Modeled after Pittman-Robertson, the Dingell-Johnson Sport Fish Restoration Act provides funding to the 50 states, the District of Columbia, the commonwealths of Puerto Rico and the Northern Mariana Islands, and the territories of American Samoa, Guam, and the U.S. Virgin Islands through a formula based on 40 percent of the land and water area of a state and 60 percent of the number of paid fishing license holders. For more information on the Sport Fish Restoration Program please go to: http://wsfrprograms.fws.gov/Subpages/GrantPrograms/SFR/SFR.htm

Please visit the U.S. Fish and Wildlife Service's Wildlife and Sport Fish Restoration Program Web site at http://wsfrprograms.fws.gov/ for state, commonwealth, and territory funding allocations or for more general and background information on the program.

Delaware River Reservoir Releases Increased Due To Snow

New York City Increases Reservoir Releases to Accommodate Record Snow Pack in Upper Delaware River Basin, Reduce Flood Risk Downstream

HARRISBURG -- Pennsylvania Environmental Protection Secretary John Hanger said today that New York City has stepped up the amount of water it releases from its reservoirs to reduce the threat of flooding from the historic snow pack throughout the upper Delaware River basin.

This action is one of several new flood-mitigation measures established under a cooperative agreement between New York City and states along the Delaware River. The city controls several large reservoirs in the headwaters of the basin that can affect water levels on the main stem of the river.

“The record-setting snows of February have deposited snow pack amounts up to three times the average in the upper Delaware River basin, creating the potential for flooding along the river in the event of a rapid snowmelt,” Hanger said.

To put it in perspective, the upper basin typically contains 60 billion gallons of snowpack water at this time of year, but recent snowstorms have tripled the water content in the region’s snowpack to an estimated 175 billion gallons.

“To lessen the threat to downstream lives and property, New York City is releasing the maximum amount of water allowed under the Flexible Flow Management Plan to increase the storage capacity in their reservoirs,” said Hanger. “This is the sort of cooperation we hoped for when we created this multi-state agreement to manage water levels along the Delaware, and I applaud the New York City officials for their quick action.”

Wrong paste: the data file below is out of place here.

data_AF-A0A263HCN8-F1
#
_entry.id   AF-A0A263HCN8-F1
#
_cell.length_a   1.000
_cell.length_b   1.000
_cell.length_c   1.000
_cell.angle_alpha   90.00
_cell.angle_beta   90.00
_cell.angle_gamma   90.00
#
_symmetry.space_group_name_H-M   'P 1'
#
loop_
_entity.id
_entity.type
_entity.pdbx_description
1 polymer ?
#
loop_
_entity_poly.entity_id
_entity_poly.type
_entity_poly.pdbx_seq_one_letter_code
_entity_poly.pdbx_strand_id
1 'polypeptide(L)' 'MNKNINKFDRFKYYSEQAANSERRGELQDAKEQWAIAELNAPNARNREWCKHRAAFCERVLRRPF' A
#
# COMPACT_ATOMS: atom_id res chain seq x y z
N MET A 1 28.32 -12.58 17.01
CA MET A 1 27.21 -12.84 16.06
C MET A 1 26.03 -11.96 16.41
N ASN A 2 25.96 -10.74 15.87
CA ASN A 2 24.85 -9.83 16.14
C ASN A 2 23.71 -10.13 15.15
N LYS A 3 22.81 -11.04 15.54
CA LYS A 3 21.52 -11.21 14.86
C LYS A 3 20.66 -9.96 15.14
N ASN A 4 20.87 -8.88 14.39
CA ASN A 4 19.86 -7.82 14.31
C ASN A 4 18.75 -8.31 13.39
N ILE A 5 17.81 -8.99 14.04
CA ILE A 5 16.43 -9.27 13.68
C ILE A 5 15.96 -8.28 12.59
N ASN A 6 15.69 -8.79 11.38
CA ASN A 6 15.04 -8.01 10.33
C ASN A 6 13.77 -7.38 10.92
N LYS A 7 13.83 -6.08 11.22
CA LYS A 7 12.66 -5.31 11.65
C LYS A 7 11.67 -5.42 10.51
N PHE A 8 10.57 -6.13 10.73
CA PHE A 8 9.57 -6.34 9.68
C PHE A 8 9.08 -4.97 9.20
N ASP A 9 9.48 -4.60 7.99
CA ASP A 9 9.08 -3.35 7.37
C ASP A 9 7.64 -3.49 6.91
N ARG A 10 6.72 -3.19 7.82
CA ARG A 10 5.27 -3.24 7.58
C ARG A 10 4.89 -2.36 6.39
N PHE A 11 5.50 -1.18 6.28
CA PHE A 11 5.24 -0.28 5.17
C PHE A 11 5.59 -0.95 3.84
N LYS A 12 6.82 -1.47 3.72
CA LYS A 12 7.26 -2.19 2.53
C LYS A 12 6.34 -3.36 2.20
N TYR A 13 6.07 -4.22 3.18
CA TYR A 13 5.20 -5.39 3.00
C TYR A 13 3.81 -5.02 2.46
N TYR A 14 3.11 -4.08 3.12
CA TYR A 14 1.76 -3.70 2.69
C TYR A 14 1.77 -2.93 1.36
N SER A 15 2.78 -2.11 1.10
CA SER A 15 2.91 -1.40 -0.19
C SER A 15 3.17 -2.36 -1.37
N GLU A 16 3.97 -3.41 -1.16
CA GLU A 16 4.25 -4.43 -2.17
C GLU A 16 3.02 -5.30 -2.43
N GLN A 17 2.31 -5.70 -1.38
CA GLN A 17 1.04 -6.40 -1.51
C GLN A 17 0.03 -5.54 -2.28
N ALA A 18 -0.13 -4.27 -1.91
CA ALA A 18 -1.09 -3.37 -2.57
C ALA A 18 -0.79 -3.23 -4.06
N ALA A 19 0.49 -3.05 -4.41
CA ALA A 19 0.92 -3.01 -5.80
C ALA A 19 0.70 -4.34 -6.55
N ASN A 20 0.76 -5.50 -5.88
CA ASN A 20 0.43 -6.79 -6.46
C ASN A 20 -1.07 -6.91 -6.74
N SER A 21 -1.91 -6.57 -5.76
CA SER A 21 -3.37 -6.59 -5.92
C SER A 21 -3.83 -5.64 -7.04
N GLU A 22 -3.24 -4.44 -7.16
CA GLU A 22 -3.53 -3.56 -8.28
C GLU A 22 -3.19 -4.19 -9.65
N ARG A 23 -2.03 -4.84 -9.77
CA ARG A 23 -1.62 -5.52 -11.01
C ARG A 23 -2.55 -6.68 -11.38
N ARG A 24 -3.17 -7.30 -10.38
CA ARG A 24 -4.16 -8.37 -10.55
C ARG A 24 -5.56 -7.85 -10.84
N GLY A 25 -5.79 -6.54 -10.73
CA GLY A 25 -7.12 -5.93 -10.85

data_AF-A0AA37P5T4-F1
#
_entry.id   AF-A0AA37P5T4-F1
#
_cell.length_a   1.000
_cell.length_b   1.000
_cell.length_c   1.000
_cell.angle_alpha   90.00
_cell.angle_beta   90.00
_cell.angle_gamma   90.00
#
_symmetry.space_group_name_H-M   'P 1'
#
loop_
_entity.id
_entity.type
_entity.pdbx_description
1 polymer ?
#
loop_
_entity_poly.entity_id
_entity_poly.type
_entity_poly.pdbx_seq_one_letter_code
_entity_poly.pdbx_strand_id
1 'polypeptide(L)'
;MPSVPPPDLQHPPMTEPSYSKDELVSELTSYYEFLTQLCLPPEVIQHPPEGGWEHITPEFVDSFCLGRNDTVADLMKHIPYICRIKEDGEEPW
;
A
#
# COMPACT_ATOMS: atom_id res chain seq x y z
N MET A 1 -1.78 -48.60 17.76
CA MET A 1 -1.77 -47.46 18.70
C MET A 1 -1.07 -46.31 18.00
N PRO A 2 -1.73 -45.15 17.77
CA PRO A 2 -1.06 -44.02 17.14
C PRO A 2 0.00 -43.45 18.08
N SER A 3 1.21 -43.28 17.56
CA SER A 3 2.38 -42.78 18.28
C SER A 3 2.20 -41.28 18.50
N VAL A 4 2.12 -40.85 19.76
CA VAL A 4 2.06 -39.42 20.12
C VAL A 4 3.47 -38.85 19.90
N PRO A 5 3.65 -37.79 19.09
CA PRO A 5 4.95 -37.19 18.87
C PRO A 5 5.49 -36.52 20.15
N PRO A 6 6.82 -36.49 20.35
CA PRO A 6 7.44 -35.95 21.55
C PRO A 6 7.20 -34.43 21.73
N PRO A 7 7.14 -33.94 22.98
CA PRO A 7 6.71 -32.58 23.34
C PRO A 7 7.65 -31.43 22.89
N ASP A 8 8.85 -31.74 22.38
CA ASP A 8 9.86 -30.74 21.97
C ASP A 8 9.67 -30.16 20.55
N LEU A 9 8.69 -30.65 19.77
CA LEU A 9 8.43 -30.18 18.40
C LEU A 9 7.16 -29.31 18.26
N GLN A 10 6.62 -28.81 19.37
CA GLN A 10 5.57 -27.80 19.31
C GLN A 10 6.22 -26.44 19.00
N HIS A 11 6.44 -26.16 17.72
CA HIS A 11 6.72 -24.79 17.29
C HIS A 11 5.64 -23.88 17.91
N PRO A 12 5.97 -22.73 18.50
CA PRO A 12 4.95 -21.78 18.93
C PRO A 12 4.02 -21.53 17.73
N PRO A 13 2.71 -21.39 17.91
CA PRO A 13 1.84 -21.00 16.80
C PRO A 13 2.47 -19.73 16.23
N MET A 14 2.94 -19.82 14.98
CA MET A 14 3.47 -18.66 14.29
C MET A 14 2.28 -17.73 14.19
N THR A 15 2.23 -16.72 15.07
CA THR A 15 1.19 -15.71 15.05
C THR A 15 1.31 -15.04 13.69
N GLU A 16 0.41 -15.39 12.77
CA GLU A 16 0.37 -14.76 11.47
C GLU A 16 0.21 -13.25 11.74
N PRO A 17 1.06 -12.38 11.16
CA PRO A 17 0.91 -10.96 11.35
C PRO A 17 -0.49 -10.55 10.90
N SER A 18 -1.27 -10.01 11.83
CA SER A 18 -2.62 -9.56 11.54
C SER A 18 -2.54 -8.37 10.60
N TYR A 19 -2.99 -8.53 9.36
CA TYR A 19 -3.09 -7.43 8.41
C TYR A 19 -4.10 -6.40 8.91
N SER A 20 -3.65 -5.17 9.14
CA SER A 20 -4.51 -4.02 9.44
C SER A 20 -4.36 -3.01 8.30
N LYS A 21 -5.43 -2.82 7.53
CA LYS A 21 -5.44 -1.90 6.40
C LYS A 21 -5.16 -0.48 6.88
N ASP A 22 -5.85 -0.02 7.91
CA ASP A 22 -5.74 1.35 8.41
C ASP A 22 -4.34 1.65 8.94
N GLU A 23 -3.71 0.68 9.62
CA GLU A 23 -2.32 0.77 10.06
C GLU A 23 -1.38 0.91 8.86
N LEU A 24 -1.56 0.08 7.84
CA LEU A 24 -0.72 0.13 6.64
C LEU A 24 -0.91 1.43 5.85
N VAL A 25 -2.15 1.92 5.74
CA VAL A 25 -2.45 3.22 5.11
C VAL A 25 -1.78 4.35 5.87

The Flexible Flow Management Plan for New York City’s reservoirs was adopted in 2007 following major flooding along the Delaware River and is the first operating plan for the reservoirs to include flood mitigation principles, as well as public water supply and in-stream habitat protection. New York City has agreed to operate their reservoirs to provide a measure of flood control for the main stem of the river while ensuring that the city has sufficient water to meet its needs.

US Fish & Wildlife Service Sport Fishing and Boating Partnership Council

Secretary of the Interior Ken Salazar announced the appointments of 19 individuals to the Sport Fishing and Boating Partnership Council, an advisory panel created in 1993 to advise the Secretary on nationally significant recreational fishing, boating and aquatic resource conservation issues. The announcement was made on Capitol Hill in Washington, D.C. at the Congressional Sportsmen’s Foundation reception for members of Congress.

“This council plays a vital role in exploring ways to increase boating and angling participation, particularly youth participation, while conserving our precious aquatic resources” said Salazar. “The wealth of experience and expertise offered by both returning and new council members is impressive and their efforts will most assuredly enable us to reconnect more people with boating, fishing and the natural world.”

The Secretary announced the appointment of the following individuals – whose terms begin immediately – to serve on the Council for the upcoming two-year term:

* James Adams of the States Organization for Boating Access
* James Anderson of the Northwest Indian Fisheries Commission
* Lynne Borden of the University of Arizona
* Douglass Boyd of the Coastal Conservation Association
* Jeffrey Crane of the Congressional Sportsmen’s Foundation
* Thomas Dammrich of the National Marine Manufacturers Association
* Ned Dikmen of the Great Lakes Boating Federation
* Chris Horton of the Bass Anglers Sportsman Society
* Betty Huskins of the Southeastern Tourism Policy Council
* Scott Kovarivics of the Izaak Walton League of America
* Ryck Lydecker of BoatUS
* Michael Nussman of the American Sportfishing Association
* Geoff Ratte of Water Gremlin Company
* John Sprague of the Marine Industries Association of Florida
* Roy Elicker, Director of the Oregon Department of Fish and Wildlife
* David Graham, Chief of the Ohio Division of Wildlife.